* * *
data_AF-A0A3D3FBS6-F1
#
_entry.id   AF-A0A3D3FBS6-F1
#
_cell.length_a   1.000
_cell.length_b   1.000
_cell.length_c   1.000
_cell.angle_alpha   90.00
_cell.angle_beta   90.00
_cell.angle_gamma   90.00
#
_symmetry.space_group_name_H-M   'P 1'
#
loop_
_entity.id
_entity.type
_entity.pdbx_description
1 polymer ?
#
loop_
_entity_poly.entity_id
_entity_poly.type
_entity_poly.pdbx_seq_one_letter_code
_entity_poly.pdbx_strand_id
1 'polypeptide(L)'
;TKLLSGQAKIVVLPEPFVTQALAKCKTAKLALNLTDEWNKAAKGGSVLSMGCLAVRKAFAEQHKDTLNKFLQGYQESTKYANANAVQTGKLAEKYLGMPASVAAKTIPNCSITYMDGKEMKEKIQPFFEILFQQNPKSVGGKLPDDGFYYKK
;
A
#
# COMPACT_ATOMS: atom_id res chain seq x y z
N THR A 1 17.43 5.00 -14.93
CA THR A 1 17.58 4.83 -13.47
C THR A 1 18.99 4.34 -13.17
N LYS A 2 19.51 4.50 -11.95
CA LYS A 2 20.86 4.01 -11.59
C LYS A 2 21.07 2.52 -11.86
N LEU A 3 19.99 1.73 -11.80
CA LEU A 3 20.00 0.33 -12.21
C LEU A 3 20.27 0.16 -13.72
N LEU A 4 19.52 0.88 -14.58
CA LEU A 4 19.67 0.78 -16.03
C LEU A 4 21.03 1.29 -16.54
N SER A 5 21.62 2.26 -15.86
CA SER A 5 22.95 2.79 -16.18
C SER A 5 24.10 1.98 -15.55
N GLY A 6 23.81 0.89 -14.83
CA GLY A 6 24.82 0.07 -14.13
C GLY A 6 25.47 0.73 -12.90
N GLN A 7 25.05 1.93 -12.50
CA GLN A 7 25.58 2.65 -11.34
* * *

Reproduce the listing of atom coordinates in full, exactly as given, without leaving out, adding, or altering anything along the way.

data_AF-A0A3D3FBS6-F1
#
_entry.id   AF-A0A3D3FBS6-F1
#
_cell.length_a   1.000
_cell.length_b   1.000
_cell.length_c   1.000
_cell.angle_alpha   90.00
_cell.angle_beta   90.00
_cell.angle_gamma   90.00
#
_symmetry.space_group_name_H-M   'P 1'
#
loop_
_entity.id
_entity.type
_entity.pdbx_description
1 polymer ?
#
loop_
_entity_poly.entity_id
_entity_poly.type
_entity_poly.pdbx_seq_one_letter_code
_entity_poly.pdbx_strand_id
1 'polypeptide(L)'
;TKLLSGQAKIVVLPEPFVTQALAKCKTAKLALNLTDEWNKAAKGGSVLSMGCLAVRKAFAEQHKDTLNKFLQGYQESTKYANANAVQTGKLAEKYLGMPASVAAKTIPNCSITYMDGKEMKEKIQPFFEILFQQNPKSVGGKLPDDGFYYKK
;
A
#
# COMPACT_ATOMS: atom_id res chain seq x y z
N THR A 1 17.43 5.00 -14.93
CA THR A 1 17.58 4.83 -13.47
C THR A 1 18.99 4.34 -13.17
N LYS A 2 19.51 4.50 -11.95
CA LYS A 2 20.86 4.01 -11.59
C LYS A 2 21.07 2.52 -11.86
N LEU A 3 19.99 1.73 -11.80
CA LEU A 3 20.00 0.33 -12.21
C LEU A 3 20.27 0.16 -13.72
N LEU A 4 19.52 0.88 -14.58
CA LEU A 4 19.67 0.78 -16.03
C LEU A 4 21.03 1.29 -16.54
N SER A 5 21.62 2.26 -15.86
CA SER A 5 22.95 2.79 -16.18
C SER A 5 24.10 1.98 -15.55
N GLY A 6 23.81 0.89 -14.83
CA GLY A 6 24.82 0.07 -14.13
C GLY A 6 25.47 0.73 -12.90
N GLN A 7 25.05 1.93 -12.50
CA GLN A 7 25.58 2.65 -11.34